Housing crisis hits middle class

The Mill at Broadway development in Sacramento is aimed at upscale young suburbanites. California’s affordable housing shortage is now hitting the middle class.
The Mill at Broadway development in Sacramento is aimed at upscale young suburbanites. California’s affordable housing shortage is now hitting the middle class.

More than 90 percent of California families earning less than $35,000 a year spend more than 30 percent of their income on housing.

This isn’t new; that percentage has been stubbornly high for years. This isn’t an exclusively Californian problem, either; the national figure is 83 percent.

What is new and disturbing is that California’s housing crisis is spreading to middle-income households earning between $35,000 and $75,000 per year. In 2006, 38 percent of the state’s middle-class households used more than 30 percent of their income to cover rent. Today, that figure is more than 53 percent, compared to 31 percent nationally. It is even worse for those who borrowed to buy a home; more than two-thirds of middle-class households with a mortgage are cost-burdened in California, compared to 40 percent in the nation.

The social costs of this middle-class housing crisis are not sufficiently appreciated. Middle-income families have less money to spend on other goods and services, and that creates huge losses across the economy. It forces California employers to pay higher wages than elsewhere in the nation, raising costs for consumers and diminishing the state’s competitiveness. Some middle-class households leave California in search of affordable housing, depriving the state of young, skilled workers who represent the future.

The housing crisis is a classic problem of supply and demand. The state doesn’t build enough housing to accommodate its population. California is home to roughly 13 percent of the nation’s population and has slightly greater than average population growth. Yet, over the last 20 years, the state has accounted for only 8 percent of building permits in the United States.

California would need to expand its housing stock by between 6 percent and 7.5 percent – that’s between 800,000 and 1 million additional residential units – just to reach national norms for housing, vacancy rates and crowding.

These figures dwarf the meager efforts policymakers are proposing to fix the problem. Assembly Bill 35, vetoed last year by Gov. Jerry Brown, would have raised $1.5 billion over five years – to build a mere 3,000 affordable housing units.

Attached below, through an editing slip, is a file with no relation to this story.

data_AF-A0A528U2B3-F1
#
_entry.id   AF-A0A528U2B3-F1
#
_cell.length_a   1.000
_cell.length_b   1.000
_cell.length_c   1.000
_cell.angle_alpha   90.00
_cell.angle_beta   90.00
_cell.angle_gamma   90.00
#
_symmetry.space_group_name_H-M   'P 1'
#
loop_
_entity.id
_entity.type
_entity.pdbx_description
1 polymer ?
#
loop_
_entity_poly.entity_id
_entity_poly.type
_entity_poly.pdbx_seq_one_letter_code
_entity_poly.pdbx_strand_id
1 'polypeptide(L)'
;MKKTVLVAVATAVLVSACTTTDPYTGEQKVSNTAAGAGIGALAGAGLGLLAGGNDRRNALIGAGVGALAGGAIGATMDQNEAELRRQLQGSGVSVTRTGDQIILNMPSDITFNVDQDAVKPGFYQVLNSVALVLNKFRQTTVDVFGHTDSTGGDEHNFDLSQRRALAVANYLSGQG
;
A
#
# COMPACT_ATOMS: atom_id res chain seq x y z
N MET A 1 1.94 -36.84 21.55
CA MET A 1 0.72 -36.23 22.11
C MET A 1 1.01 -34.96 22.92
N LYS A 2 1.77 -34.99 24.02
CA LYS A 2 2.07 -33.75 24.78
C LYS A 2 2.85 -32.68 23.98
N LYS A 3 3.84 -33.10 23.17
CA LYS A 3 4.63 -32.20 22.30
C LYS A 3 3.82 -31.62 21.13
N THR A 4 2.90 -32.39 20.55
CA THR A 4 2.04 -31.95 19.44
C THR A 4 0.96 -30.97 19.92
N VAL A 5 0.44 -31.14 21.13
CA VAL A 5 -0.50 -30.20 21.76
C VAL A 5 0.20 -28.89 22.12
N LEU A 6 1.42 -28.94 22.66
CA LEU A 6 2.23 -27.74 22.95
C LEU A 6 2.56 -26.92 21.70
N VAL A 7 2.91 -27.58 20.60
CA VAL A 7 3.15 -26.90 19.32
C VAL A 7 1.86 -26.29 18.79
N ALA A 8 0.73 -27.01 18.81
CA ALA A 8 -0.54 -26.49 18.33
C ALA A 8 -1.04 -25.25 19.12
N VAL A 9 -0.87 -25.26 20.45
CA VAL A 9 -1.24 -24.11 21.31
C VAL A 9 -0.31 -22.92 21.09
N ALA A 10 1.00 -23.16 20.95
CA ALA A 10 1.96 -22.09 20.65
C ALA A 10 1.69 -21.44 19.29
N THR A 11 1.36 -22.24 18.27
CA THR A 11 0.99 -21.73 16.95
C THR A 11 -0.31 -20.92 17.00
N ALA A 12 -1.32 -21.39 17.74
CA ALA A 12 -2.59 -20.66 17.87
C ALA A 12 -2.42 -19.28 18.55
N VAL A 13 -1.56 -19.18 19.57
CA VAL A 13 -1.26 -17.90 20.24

Why is it so hard to build? The state has stiff construction regulations, high labor costs, higher land costs and higher fees charged to developers by local governments. But taken together, these obstacles do not provide a complete explanation for the housing shortage.

If you compare the same new house in California and Texas, the California house would typically sell for twice as much. The additional costs of building that house in California – land, permits, construction code – do not fully explain the gap in prices. Builders make more profit in California than in Texas.

But the big difference is that California has erected two giant barriers: Proposition 13 and the California Environmental Quality Act.

Proposition 13 limits the value of housing to local governments by keeping property taxes much lower than in other states. So local governments – at least the fiscally wise ones – do not encourage residential development, since it produces less in taxes. CEQA forces developers to spend money to offset disruptions they might create in the natural or urban environment.

Is there any conversation in Sacramento about reforming CEQA? None. Any chance of reforming Proposition 13? Very little.

And so California families face a very real housing crisis.

Christopher Thornberg is founding partner of Beacon Economics LLC and director of the UC Riverside School of Business Administration Center for Economic Forecasting and Development. He wrote this for Zócalo Public Square and can be contacted at